Mike may have explored that oddity next if the front window of the law-office hadn’t exploded outward in a cascade of shattering glass. Through the falling glass flew angry bullets sent from a crackling gun. Bullet number one zinged through the air close enough to Mike’s head to be heard. In an attempt to dodge bullets, Mike leapt across the hood of his patrol car as slug number two punched a hole through the windshield, spider-webbing safety glass and clouding the view of his dash-mounted camera.

Ducking behind the tire of his police cruiser, Mike heard the metallic tearing-sound as another bullet pelted into the cruiser’s hood eight-inches away from where his head was ducked. The gun’s rapport followed a fraction later, loudly announcing its caliber. Mike knew it was a .38 by the distinct high crack. His trained ear noticed the difference from its stronger cousin the 9mm.

I decided to take these two paragraphs together, because by rearranging some of the information we can boil things down a bit better, and combine them.

I wouldn't take the time to explain what might have happened, especially as prelude to something as abrupt as this. It's abrupt, so the words should be abrupt as well. I've changed "exploded" to "burst" because my initial thought was an actual explosion, and I had to revise my mental image on the fly. "Shattering glass" should be "shattered glass", as we humans can't experience it fast enough to see it shatter.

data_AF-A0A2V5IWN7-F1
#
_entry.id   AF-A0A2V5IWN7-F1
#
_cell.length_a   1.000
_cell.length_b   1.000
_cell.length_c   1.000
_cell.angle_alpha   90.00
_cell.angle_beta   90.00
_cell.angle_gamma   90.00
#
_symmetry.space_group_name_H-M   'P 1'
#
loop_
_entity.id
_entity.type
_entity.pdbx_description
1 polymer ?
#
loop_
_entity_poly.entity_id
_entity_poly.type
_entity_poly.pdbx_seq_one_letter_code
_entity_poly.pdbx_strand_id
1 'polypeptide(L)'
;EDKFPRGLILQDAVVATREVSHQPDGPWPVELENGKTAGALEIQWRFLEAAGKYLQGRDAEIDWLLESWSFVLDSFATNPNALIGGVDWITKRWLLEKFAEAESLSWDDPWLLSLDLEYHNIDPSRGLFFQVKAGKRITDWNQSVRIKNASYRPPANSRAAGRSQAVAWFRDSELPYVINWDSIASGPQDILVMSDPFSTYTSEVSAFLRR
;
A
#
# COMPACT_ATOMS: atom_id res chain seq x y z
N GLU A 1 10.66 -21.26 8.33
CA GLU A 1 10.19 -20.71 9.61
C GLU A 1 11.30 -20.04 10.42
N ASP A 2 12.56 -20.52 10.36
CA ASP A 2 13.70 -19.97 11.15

We can move the information about the .38 up, to replace the awkward sentence about angry bullets.

There's no way in his POV he'd be numbering or naming the bullets, and zinging through the ear close enough to be heard is the same as zinging by.

It's obvious that he's trying to dodge, so we can boil that out. Punching through leaves a hole, so we can boil out "a hole".

...and while spider-webbed safety glass may very well cloud the view of his dash-mounted camera, that's not something he's going to stop to notice (if he could even see it) while diving across the hood.

We know he's behind the police cruiser, so "tire" will suffice.

"a metallic tearing-sound" is a "shrieking impact", and "eight inches away from where his head was ducked" is "eight inches from his head"...but he's not going to whip out a tape measure and check, so while before I nitpicked about approximations, here I'm going to nitpick about specificity--in both cases, close enough is close enough.

The last three sentences I'm going to boil out altogether, for three reasons:

One, a .38 revolver will typically fire in the subsonic range, somewhere between 700 and 1100 fps, so the report wouldn't arrive second,